It seems that spring is right around the corner. If one looks at the vegetation it looks like late autumn, going into early spring. There are already new leaves sprouting and some of the trees, like the Knob thorn, are already flowering. It’s really been a strange winter. This month we had some days of 34 °C, with a hot wind. The next day temperatures would drop into the early 20’s. We even had a few millimetres of rain on the 24th. This washed down the dust and has brought along the odd green blade of grass. We saw our first pair of Walberg’s eagles for this time of year around Big Dam on the 26th and 27th. We also saw another pair mating at Serengeti Pan. These eagles will return to the same nest every year to have their young and when the winter returns they will once again move up into central Africa. Their return always signals the change of the seasons. We had 3 millimetres of rain and the average maximum temperature for August was 28°C.
I must say, we have not seen the usual amount of breeding herds for this time of the year. Normally we see hundreds of elephants feeding around our lodge, but this winter they have seemed to come and go in waves. Make no mistake - we still see one or two breeding herds a day! There might be more than one reason for this. It might mean that the elephants are wisely using the area to their advantage. About a year ago I still said that in time the parks will be made bigger and that herds would just need a bit of time to find out the new feeding grounds up north. As elephants are very cautious and wise, they won’t rush into brand new areas. They will rather move into new areas slowly, but surely. One might ask what new areas I am talking about: Mozambique. At first the herds did not go close to the new area, but now that they know there is water and plenty of food, they are freely moving up north. Then again the reason for their absence might also be something totally different. It could just as well be the amount of rain we’ve had. Truth be told, I am glad that we did not have hundreds of elephants continuously feeding around the camp, as the vegetation could take this season to rehabilitate itself.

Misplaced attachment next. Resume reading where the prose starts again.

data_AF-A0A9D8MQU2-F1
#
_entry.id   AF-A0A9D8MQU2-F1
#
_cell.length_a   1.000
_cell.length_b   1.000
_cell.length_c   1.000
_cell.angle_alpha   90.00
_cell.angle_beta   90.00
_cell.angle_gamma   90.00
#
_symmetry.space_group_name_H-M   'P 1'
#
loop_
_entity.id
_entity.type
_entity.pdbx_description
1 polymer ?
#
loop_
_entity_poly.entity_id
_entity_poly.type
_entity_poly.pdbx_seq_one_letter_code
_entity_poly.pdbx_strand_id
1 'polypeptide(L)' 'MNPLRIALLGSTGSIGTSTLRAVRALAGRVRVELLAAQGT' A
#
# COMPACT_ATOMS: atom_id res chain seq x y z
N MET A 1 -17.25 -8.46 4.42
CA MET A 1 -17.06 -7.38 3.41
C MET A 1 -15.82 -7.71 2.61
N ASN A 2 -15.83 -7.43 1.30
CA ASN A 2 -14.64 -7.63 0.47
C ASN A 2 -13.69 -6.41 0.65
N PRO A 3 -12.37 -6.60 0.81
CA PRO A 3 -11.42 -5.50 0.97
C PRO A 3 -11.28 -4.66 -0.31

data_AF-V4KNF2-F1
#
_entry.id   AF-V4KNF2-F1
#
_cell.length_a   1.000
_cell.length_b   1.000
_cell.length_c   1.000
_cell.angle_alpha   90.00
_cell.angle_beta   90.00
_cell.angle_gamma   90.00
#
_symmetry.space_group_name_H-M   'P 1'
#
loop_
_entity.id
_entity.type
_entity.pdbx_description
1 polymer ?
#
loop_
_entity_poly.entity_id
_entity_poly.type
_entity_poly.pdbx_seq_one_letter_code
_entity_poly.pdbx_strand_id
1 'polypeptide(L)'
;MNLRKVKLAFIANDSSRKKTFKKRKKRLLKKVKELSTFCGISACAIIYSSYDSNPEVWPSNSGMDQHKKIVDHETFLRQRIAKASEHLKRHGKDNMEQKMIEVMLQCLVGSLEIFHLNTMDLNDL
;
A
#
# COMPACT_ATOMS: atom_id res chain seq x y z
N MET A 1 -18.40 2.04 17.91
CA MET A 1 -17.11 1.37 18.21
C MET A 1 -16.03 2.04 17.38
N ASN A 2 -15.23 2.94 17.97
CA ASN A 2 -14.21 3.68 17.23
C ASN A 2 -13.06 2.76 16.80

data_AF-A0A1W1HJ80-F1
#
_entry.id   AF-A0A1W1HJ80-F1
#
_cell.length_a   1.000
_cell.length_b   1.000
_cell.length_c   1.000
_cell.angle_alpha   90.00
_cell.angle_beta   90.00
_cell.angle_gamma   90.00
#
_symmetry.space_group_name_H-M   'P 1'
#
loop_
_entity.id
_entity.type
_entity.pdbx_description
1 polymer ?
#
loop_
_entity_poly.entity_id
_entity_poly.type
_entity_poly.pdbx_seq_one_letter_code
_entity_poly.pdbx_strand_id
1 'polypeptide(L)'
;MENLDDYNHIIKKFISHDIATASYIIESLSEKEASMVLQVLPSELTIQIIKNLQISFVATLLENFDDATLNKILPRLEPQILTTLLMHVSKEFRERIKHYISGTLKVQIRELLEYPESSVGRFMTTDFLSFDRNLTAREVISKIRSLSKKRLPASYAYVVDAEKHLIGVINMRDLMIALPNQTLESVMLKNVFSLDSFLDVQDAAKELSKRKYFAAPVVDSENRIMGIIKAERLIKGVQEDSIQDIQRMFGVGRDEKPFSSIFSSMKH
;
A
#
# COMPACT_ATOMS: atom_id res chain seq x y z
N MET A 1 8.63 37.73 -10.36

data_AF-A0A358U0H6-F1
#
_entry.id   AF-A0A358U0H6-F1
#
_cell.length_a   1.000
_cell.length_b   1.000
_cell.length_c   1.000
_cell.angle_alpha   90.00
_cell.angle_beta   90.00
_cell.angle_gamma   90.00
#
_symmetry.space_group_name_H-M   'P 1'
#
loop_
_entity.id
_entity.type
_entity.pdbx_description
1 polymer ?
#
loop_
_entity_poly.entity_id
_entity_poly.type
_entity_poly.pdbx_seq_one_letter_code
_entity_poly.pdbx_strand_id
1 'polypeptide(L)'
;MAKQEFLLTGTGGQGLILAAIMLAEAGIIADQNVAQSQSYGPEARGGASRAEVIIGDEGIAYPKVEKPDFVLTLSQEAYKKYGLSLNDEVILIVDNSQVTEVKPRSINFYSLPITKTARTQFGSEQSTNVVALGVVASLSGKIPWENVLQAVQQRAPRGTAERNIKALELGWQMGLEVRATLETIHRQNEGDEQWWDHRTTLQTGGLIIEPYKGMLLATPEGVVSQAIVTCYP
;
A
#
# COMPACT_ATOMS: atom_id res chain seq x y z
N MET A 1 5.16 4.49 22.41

Lilac-breasted Roller. Picture by Richard Davis
I enjoyed this month for we got to see one of my favourite male rhinos frequently. Who am I talking about? Well, of course it is Utah. We saw him feeding around camp nearly on a daily basis and most times he was on our airstrip, so we could see him out in the open. It does make one wonder why he’s spending so much time around our camp. Has a new male maybe pushed him out in the west? When waterholes start drying up during winter, the bigger males seek water and might come across the slightly smaller males who have a lot of water left in their own territories. This will often result in older males overpowering and pushing youngsters out of their own territories. Fact of the matter is that Utah is not the biggest male around. I would say that he is more or less 2000 kilograms, in comparison to a male like Londoz, who is at least 2500 kilograms. The other three males Londoz, Shorthorn and Skewhorn are all doing well. Londoz is taking things easy lately as there currently seem to be no females in his territory. In the last month or so, we’ve seen him moving around slowly marking his territory. On most days we could find him around the waterholes, lazing around. This will probably continue until the next female comes through his territory!
At the moment, we have a lot of buffalo in our traversing area. The old faithful males have also been hanging around the waterholes, waiting to be captured on camera. We had the privilege of seeing a massive herd of about 500 strong. We are not sure if they have come from Kruger or the Manyeleti. It could also be that with the changing of the seasons the smaller herds have now joined up again, providing safety in numbers for all the little ones that will be arriving soon. When the grass changes to green, the bigger herds can afford to be in their hundreds as there is ample grazing. There have been some fatalities in the last couple of weeks and we are not quite sure what the cause is. It might be that the dry grass is just not enough to sustain their 800 kg bodies. At first we thought it was just old age, but we have seen younger ones die as well. I must say, as strong and aggressive as the Cape buffalo is, they are prone to even the slightest diseases. The cause is being investigated and I will try to get more information on this subject for my next report...